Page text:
If you are unfamiliar with Stronglifts 5x5, the idea is to squat 5x5 (five sets of five reps), bench 5x5, barbell row 5x5 on the first session, then squat 5x5, press 5x5, and deadlift 1x5 on the second workout two days later. These workouts alternate for three workouts per week and adding weight each workout.
Stronglifts plateaus in one to three months. I have not ever heard of someone (in real life) making progress on Stronglifts longer than three months unless they started at extremely-artificially low weights. The main cause of this is the inability to recovery from the stress imposed on the trainee by the 25 heavy reps. This is readily apparent in the way the trainee talks about their training:
"I'm so beat up"
"I'm tired all of the time"
"I'm really sore all week"
This is not overtraining, but rather too much stress for the trainee to recover from.
Fortunately, there is an easy solution. When a lifter who has been stalling on Stronglifts comes to me, I apply two changes.
1) I switch them to the Starting Strength noivce progression - Starting Strength is similar to Stronglifts except that it uses 3x5 instead of 5x5 for the squat, press, and bench. It also doesn't use the barbell row.
This helps because the total reps is more appropriate for a novice's current ability to recover from stress. At the same time, the number of total reps is not so low that the stress is insufficient to drive progress
2) I reset (decrease) the weight on their lifts
This dissipates any accumulated volume that is plaguing the trainee. It also gives me time to fix their technique before the weight gets heavy again. I've never seen someone come in for help with flawless technique. Even if they had coaching in the past, technique drifts over time which is why all trainees should have a coach (or at least video tape their lifts).
The case study: Scott
When Scott emailed me four months ago, he had been doing Stronglifts 5x5. He was stuck at a 245lb squat after multiple resets (reducing the weight and ramping back up). He decided to get some help.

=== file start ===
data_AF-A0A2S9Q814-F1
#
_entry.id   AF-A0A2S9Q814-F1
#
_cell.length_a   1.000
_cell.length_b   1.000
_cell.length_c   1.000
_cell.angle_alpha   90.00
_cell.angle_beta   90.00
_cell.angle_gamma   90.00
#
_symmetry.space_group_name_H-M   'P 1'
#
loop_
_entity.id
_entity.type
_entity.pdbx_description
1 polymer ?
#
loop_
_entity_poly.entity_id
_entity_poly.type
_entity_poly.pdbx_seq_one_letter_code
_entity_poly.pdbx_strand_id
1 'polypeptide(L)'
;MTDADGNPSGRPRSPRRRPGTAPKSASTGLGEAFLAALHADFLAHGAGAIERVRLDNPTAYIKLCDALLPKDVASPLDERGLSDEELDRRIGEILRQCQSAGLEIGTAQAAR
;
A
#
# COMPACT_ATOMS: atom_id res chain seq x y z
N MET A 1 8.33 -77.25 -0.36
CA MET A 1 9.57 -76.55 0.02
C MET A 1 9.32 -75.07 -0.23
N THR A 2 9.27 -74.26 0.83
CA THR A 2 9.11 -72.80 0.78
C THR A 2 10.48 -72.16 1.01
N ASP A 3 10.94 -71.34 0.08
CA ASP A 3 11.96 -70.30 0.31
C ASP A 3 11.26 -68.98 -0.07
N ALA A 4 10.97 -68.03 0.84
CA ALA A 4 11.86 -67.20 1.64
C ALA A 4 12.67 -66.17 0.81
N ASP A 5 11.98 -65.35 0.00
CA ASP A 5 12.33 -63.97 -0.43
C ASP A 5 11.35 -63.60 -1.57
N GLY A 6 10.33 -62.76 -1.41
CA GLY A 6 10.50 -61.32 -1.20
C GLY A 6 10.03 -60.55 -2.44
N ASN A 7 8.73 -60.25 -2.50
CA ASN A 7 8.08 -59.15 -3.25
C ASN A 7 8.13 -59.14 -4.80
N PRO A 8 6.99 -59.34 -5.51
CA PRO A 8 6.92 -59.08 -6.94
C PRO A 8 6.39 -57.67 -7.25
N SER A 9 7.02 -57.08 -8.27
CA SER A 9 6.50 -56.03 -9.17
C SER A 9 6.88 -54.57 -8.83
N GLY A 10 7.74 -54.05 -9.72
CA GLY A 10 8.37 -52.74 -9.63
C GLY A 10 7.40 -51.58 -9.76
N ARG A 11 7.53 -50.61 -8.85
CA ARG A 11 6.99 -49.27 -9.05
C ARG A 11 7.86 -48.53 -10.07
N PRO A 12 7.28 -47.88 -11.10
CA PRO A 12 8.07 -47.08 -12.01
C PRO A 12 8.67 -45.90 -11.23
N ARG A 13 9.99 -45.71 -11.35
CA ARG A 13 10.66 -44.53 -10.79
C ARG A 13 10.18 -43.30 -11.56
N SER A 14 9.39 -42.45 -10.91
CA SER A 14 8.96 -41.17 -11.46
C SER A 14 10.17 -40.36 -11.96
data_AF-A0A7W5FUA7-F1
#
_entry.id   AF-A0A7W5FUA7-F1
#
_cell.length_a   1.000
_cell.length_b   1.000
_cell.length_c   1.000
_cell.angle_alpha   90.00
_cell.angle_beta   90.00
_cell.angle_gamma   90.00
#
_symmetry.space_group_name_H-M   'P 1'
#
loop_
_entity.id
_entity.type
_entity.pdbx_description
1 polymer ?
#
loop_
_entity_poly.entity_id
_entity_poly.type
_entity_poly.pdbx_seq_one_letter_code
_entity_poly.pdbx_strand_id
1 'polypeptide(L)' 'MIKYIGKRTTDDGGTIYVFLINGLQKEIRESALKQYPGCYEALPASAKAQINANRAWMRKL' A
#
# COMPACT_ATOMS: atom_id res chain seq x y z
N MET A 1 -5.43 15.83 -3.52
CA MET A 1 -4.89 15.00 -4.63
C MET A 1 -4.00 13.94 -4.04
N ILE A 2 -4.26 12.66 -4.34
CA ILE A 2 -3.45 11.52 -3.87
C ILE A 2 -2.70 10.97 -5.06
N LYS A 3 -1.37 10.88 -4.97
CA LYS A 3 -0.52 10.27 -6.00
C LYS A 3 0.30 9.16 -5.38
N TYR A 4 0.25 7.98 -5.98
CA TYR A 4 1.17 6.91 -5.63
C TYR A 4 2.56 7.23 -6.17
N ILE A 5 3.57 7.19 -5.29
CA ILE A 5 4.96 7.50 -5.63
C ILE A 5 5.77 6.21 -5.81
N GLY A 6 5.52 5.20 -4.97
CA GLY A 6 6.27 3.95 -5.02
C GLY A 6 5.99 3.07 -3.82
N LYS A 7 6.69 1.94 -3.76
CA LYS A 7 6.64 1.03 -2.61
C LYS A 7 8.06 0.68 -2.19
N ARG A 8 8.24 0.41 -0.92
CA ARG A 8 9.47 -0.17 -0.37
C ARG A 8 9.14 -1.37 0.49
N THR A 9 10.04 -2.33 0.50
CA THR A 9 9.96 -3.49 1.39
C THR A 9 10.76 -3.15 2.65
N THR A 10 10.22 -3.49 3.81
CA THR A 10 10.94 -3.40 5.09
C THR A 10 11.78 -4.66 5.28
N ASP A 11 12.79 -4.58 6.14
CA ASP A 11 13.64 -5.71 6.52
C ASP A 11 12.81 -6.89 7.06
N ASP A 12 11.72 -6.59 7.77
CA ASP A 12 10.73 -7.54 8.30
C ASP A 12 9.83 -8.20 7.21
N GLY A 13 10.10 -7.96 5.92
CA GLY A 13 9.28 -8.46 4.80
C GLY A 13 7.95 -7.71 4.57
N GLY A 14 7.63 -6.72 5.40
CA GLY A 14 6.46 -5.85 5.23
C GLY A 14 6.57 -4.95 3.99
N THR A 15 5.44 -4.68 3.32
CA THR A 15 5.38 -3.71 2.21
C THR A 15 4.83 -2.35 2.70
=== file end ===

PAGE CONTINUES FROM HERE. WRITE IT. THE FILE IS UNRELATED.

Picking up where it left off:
He came in and advanced as a fairly typical case. Technique had to be corrected, the total reps had to be reduced, and he had to be encouraged to eat more protein. Throughout the next month, I had him progress on his squat linearly until he surpassed his old personal record and plateaued at 275lb for a set of five. We ran out the novice phase then moved to a weekly program, and gave him a reset. He advanced for another two and a half months until he squatted 320lb for a single.
Several aspects of Scott's solo-lifting experience were typical:
-He made great progress on his own
-He reached the same plateau repeatedly
-He had intermittent joint pain
His coached-lifting experience also had typical components:
-Reducing his total reps to 15 and fixing his technique allowed him to surpass his solo progress
-His knee pain was gone in a few weeks as a result of improving his technique
-His back pain was greatly reduced
His bench, deadlift, and press also got heavier than he had every lifted. Last week, he deadlifted 355lb for a single.
The Stronglifts program actually calls for a switch to 3x5 after progress stops working and then reducing to 3x3, but 5x5 is unnecessary to start with. The problem in the beginning for a novice is not a lack of stress - 3x5 is more than enough stress for a long time. Since that’s where you’re going to end up anyway, you might as well just start there. Additionally, the deadlift does not need to be alternated with the barbell row, because you can make progress on the deadlift every workout. Redundancy and inefficiencies should be eliminated wherever they are found.
If you are struggling to make progress on Stronglifts 5x5, consider reducing the reps to 3x5 and see if that helps. Finally, I would be remiss if I did not say that I think Stronglifts 5x5 is a fine program. Stronglifts and Starting Strength share most of crucial details of a novice training program. I do, however, believe it is limited and prefer the Starting Strength novice progression for my clients.